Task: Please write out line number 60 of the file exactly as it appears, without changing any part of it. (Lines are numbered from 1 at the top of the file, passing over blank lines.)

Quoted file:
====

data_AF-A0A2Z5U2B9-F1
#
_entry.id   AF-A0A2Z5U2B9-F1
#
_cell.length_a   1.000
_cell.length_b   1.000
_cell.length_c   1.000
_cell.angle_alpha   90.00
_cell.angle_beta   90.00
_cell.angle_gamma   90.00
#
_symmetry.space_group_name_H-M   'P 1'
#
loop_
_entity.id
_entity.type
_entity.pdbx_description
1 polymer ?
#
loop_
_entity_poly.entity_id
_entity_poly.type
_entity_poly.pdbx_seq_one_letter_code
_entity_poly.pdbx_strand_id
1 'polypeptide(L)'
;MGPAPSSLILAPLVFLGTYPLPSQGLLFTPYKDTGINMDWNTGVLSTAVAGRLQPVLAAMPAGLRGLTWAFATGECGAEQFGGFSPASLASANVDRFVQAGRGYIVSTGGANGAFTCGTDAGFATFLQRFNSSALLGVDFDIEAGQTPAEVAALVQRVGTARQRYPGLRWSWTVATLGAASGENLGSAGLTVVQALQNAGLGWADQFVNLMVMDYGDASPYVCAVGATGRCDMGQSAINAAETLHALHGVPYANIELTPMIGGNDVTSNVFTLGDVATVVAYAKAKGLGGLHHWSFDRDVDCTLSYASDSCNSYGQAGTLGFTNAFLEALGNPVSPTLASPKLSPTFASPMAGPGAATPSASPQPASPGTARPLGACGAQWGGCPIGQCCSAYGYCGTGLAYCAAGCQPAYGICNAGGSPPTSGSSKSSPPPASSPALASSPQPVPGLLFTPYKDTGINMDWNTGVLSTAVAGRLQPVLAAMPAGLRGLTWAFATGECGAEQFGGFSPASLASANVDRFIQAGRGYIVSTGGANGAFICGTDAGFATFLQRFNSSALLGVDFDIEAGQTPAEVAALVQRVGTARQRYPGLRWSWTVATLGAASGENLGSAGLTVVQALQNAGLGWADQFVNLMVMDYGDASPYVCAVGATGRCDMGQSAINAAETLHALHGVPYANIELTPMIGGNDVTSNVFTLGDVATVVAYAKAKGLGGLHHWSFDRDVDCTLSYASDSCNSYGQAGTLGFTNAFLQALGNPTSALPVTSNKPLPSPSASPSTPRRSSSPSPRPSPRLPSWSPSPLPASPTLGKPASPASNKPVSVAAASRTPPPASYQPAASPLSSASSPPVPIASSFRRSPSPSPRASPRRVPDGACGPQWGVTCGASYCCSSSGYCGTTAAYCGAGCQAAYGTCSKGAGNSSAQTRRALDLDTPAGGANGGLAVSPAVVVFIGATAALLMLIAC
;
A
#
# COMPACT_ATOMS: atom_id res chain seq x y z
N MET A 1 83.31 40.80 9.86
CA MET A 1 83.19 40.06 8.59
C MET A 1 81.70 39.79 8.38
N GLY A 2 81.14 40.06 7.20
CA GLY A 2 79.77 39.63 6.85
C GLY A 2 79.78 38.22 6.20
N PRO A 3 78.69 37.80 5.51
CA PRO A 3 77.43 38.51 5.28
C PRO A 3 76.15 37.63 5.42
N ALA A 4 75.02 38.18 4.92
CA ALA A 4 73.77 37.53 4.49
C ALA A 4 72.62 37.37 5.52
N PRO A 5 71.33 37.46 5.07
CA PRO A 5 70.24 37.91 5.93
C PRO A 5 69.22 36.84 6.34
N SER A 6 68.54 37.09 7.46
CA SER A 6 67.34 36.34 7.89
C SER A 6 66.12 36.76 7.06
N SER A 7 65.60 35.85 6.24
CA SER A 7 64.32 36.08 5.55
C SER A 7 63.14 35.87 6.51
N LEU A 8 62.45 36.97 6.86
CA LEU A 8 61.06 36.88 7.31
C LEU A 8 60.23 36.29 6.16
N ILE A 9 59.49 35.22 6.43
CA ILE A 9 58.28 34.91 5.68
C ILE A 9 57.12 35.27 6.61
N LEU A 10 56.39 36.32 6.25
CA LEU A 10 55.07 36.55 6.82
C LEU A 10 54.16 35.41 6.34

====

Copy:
C LEU A 10 54.16 35.41 6.34